If Wharton had written that book using this type of renovation as a model, instead of having (if I remember correctly) a chapter on entryways, hallways, dining rooms, living rooms ... she would have a chapter title "room."

lippmantl on Jun 16, 2011, 4:17:00 PM said...

I can relate to both sides of the arguement. My husband and I bought and renovated a house on Buchanan this past year. The house's previous life was a section 8 rooming house and had already had the "soul" as you call it ripped out. Everything was in really bad condition and it made a lot of sense to modernize the home. I am an architect, so I can appreciate both the modern atheistic and the orginal 1920's wood work.
If the orginal wood work in our home was in really good shape, we would have saved it. However, a lot of the houses around Petworth are not in the best condition and haven't been kept up as they should.

Anonymous said...

A lot of you are forgetting when you renovate a house, you are often forced to bring a lot of things up to CODE. Our Wardman-style house had hallways that were less than 28 inches. DCRA forces you to bring them up to code when renovating which current code says your walls have to be at least 36 inches apart - minimum.
Also do really want leaking galvinized sewage pipes inside your crumbling plaster walls because you are afraid the charm might be lost?? really??? F***ing please people...
You can't update the MEP without opening up walls and re-framing!

Anonymous said...

Oh, no! Are you serious? When a pipe in the wall leaks, say the one over in the corner here, that the plumber is going to have to replace all the walls on the whole floor? Wow, that sucks.

JM said...

Reading my original post, saying that the "heart was cut out" of this house is pretty melodramatic. Apologies for the hyperbole and any contribution to the the vitriolic, personal retort in this thread. The "gentler" and middle-way comments from lippmanti, the sentimental guy and the neighbor to this house are appreciated.

Anonymous said...

Is it really a matter of "to renovate" or "not to renovate?" Seems to me that homeowners could get updated plumbing and such and still maintain the original character. Even if the house is gutted and all the materials are new, why not maintain some of the original space? Where's there a place to have that private kitchen conversation during a party or to feel cozy in the living room away from the front door in the winter?

Anonymous said...

Just took a look at the sales history of this house. Sold for $222K end of last year. Did the developer really add $277K in value to this place?

Anonymous said...

I hate that people claim $500k in a dangerous neighborhood is sane. It's not. It's wrong.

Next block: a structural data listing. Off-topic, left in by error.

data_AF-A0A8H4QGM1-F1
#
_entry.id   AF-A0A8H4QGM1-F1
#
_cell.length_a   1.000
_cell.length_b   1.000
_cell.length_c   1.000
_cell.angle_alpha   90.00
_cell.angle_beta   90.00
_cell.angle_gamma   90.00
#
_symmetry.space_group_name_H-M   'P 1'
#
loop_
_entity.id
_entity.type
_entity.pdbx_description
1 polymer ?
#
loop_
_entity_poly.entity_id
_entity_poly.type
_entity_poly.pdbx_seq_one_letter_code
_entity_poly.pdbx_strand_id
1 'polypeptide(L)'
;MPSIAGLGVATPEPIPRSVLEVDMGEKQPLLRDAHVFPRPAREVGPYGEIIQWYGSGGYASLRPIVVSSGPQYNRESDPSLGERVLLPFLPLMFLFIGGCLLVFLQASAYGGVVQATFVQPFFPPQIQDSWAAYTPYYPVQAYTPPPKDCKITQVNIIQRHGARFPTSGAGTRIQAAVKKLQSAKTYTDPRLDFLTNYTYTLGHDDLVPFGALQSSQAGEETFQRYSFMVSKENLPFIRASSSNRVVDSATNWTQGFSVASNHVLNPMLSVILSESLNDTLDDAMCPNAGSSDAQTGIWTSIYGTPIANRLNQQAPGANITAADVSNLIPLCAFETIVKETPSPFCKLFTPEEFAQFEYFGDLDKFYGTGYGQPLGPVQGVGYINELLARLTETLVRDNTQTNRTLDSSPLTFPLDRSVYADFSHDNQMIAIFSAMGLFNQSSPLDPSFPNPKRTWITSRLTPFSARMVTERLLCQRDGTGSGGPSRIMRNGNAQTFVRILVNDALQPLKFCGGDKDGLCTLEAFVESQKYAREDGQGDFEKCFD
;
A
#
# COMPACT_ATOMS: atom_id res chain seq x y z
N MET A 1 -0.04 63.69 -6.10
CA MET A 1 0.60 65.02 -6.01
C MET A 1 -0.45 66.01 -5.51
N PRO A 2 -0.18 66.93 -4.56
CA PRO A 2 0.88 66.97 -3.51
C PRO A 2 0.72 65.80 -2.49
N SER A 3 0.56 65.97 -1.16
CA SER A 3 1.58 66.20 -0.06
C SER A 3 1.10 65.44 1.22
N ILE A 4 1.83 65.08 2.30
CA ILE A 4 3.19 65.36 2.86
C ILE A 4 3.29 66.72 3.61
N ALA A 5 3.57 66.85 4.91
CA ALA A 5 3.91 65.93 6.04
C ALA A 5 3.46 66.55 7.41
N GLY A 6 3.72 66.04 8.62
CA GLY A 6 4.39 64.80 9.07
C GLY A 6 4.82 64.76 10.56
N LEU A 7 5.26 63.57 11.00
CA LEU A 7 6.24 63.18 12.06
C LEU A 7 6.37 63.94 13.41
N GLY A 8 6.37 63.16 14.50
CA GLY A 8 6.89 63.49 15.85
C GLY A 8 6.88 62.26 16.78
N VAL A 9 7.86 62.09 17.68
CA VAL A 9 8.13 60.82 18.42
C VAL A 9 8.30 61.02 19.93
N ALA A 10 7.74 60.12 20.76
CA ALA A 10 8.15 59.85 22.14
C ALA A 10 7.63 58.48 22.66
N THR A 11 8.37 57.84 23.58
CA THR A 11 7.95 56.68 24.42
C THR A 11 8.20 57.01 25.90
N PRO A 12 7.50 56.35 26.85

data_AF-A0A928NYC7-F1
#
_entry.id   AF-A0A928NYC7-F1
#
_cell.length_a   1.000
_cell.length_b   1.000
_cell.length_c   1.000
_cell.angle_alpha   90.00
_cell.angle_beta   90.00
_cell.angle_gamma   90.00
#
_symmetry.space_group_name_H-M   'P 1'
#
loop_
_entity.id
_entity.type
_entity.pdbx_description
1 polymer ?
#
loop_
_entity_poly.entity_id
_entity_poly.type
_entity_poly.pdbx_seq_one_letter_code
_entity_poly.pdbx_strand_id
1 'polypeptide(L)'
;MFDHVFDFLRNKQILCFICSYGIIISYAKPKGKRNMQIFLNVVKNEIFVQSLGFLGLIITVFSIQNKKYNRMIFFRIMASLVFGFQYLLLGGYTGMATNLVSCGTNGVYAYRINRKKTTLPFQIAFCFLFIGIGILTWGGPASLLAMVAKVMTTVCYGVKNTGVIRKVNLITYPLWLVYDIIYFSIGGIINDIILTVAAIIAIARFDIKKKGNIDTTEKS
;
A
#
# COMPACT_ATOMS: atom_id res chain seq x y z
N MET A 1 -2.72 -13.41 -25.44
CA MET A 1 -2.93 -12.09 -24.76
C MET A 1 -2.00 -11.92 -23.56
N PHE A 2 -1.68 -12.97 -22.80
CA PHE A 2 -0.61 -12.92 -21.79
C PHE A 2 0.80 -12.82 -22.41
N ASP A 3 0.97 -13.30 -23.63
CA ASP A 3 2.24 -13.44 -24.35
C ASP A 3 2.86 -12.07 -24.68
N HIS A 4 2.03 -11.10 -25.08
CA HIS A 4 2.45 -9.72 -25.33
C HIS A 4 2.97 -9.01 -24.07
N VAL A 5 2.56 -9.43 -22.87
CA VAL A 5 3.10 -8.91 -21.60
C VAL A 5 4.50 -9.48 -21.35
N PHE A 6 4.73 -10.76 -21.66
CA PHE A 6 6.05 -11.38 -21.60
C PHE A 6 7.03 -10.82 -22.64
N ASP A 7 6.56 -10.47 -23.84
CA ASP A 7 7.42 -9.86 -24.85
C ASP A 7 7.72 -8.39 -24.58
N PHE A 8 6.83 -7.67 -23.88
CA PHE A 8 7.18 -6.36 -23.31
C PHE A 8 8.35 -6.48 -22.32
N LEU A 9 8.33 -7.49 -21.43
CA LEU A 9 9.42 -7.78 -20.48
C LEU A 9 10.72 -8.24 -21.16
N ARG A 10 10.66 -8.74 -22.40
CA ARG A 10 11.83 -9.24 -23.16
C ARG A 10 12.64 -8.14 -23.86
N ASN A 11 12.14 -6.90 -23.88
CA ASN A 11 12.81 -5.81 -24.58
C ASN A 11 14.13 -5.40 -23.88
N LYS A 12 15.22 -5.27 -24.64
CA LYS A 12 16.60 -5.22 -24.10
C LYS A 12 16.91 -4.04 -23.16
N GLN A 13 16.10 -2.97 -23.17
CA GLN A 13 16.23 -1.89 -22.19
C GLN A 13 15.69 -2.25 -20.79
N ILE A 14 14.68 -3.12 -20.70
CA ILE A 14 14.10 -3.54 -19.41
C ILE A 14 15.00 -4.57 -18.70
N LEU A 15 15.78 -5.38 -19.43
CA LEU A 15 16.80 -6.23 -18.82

Anonymous said...

it's not a warzone you know...
Also to the comment above you would have to at least rip out a sizable section of the "charming" plaster wall and re-frame/drywall around it if the nasty-ass old galvanized plumbing did burst. Unless you like leaving sewage in the rest of the wall so that it's still "charming". It's often also in a very inconvenient place...like say in the middle of your 1st floor.

Anonymous said...

...also, I would like to add you don't have get rid of all the walls in the house if you had to replace the plumbing per say, but as was the case in our house the old nasty ass galvinized plumbing was run through several walls making it very difficult to keep them intact as others have referred that you can. Often the joists are cracked especially with the old 2nd floor bathroom upstairs (all wardmans I have seen have this). When they made them they poured concrete floors for the bathroom floor right between the joists to hold the old claw foot tubs due to their weight. The weight of the concrete and the HUGE holes that plumbers cut through the joists back then often compromises the beam forcing you to replace these. We had to completely replace a whole section of floor joists in our house due to this. If I haven't already made it obvious I also hate plaster. That s**t is a pain in the ass. Most of the time too you have NO insulation between the plaster and your brick wall = NO R-value. Our walls when opened up the lattice had no insulation inbetween. This is the difference in MODERNIZING a house too. I think this is where people tend to be confused about losing the "charm" vs. making sure the house works, is sound, dry, and functioning.
I mean you can use plaster again yes, but why when their are better products out there to deal with moisture etc??

People around here definitely seem to be against post modern style!